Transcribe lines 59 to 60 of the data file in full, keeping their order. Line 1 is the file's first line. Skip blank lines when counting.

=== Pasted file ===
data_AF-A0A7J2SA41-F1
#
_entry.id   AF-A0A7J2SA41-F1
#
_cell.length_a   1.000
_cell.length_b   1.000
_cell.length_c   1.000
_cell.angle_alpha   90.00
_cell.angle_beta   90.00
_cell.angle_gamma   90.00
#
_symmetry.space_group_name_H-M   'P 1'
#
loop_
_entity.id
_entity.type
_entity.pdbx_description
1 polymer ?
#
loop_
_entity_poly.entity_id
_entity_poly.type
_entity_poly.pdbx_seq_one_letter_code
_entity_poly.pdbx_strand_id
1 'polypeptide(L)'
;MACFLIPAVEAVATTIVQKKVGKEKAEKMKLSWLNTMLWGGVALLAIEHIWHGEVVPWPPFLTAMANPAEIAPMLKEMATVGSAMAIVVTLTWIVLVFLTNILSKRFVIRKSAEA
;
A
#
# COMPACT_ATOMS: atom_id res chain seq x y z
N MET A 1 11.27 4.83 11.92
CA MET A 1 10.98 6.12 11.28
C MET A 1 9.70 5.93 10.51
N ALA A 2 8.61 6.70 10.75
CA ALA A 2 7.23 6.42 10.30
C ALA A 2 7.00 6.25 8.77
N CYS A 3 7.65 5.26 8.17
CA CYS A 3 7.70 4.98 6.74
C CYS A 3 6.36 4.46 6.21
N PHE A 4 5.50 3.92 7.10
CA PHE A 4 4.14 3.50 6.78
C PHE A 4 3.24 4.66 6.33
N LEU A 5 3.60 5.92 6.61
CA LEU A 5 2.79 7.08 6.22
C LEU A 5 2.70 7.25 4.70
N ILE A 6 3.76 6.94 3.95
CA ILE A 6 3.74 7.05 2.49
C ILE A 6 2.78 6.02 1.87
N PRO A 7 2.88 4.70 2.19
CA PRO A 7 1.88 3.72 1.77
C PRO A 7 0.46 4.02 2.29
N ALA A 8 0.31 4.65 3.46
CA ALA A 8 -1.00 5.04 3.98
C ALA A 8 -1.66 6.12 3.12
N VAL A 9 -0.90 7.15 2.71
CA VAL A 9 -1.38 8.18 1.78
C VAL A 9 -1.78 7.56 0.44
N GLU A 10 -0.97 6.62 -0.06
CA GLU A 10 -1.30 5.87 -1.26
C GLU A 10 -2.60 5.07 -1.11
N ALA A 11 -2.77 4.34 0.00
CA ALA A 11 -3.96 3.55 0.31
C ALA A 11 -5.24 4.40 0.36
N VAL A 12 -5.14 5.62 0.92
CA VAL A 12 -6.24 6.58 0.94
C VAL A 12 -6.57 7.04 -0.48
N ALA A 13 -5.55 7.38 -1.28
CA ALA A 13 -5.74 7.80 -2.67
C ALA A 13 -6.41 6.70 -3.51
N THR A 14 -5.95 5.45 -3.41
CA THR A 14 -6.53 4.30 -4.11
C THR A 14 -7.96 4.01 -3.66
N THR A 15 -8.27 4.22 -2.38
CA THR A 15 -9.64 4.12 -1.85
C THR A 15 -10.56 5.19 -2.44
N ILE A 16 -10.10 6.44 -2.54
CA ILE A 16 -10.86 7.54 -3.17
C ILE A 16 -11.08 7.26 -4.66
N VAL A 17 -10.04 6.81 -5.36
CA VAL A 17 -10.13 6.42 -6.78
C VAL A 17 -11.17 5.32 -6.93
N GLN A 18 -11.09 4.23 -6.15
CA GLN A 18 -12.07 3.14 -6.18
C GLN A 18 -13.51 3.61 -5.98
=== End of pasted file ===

CA GLU A 10 -1.30 5.87 -1.26
C GLU A 10 -2.60 5.07 -1.11